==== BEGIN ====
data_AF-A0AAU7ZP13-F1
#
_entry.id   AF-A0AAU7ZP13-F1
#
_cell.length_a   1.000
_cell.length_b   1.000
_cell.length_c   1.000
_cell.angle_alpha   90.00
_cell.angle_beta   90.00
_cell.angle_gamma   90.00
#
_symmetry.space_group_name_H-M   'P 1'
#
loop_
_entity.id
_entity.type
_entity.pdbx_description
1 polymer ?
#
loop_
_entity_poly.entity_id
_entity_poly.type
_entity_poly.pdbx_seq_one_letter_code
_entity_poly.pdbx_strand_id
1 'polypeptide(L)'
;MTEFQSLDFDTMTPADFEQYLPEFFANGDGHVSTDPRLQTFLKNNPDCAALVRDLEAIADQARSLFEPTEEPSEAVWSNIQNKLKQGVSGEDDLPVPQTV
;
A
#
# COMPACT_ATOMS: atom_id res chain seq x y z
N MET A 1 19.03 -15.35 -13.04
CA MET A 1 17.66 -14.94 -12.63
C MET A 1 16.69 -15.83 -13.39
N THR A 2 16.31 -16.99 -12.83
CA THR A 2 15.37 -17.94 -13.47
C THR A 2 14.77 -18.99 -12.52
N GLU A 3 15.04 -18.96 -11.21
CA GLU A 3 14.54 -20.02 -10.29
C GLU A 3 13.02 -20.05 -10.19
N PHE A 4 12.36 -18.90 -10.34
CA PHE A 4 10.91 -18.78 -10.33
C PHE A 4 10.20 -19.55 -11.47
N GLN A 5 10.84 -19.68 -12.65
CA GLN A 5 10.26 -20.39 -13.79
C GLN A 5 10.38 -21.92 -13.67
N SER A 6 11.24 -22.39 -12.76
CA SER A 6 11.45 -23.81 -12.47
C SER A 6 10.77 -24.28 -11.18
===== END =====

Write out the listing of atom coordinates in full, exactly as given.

data_AF-A0AAU7ZP13-F1
#
_entry.id   AF-A0AAU7ZP13-F1
#
_cell.length_a   1.000
_cell.length_b   1.000
_cell.length_c   1.000
_cell.angle_alpha   90.00
_cell.angle_beta   90.00
_cell.angle_gamma   90.00
#
_symmetry.space_group_name_H-M   'P 1'
#
loop_
_entity.id
_entity.type
_entity.pdbx_description
1 polymer ?
#
loop_
_entity_poly.entity_id
_entity_poly.type
_entity_poly.pdbx_seq_one_letter_code
_entity_poly.pdbx_strand_id
1 'polypeptide(L)'
;MTEFQSLDFDTMTPADFEQYLPEFFANGDGHVSTDPRLQTFLKNNPDCAALVRDLEAIADQARSLFEPTEEPSEAVWSNIQNKLKQGVSGEDDLPVPQTV
;
A
#
# COMPACT_ATOMS: atom_id res chain seq x y z
N MET A 1 19.03 -15.35 -13.04
CA MET A 1 17.66 -14.94 -12.63
C MET A 1 16.69 -15.83 -13.39
N THR A 2 16.31 -16.99 -12.83
CA THR A 2 15.37 -17.94 -13.47
C THR A 2 14.77 -18.99 -12.52
N GLU A 3 15.04 -18.96 -11.21
CA GLU A 3 14.54 -20.02 -10.29
C GLU A 3 13.02 -20.05 -10.19
N PHE A 4 12.36 -18.90 -10.34
CA PHE A 4 10.91 -18.78 -10.33
C PHE A 4 10.20 -19.55 -11.47
N GLN A 5 10.84 -19.68 -12.65
CA GLN A 5 10.26 -20.39 -13.79
C GLN A 5 10.38 -21.92 -13.67
N SER A 6 11.24 -22.39 -12.76
CA SER A 6 11.45 -23.81 -12.47
C SER A 6 10.77 -24.28 -11.18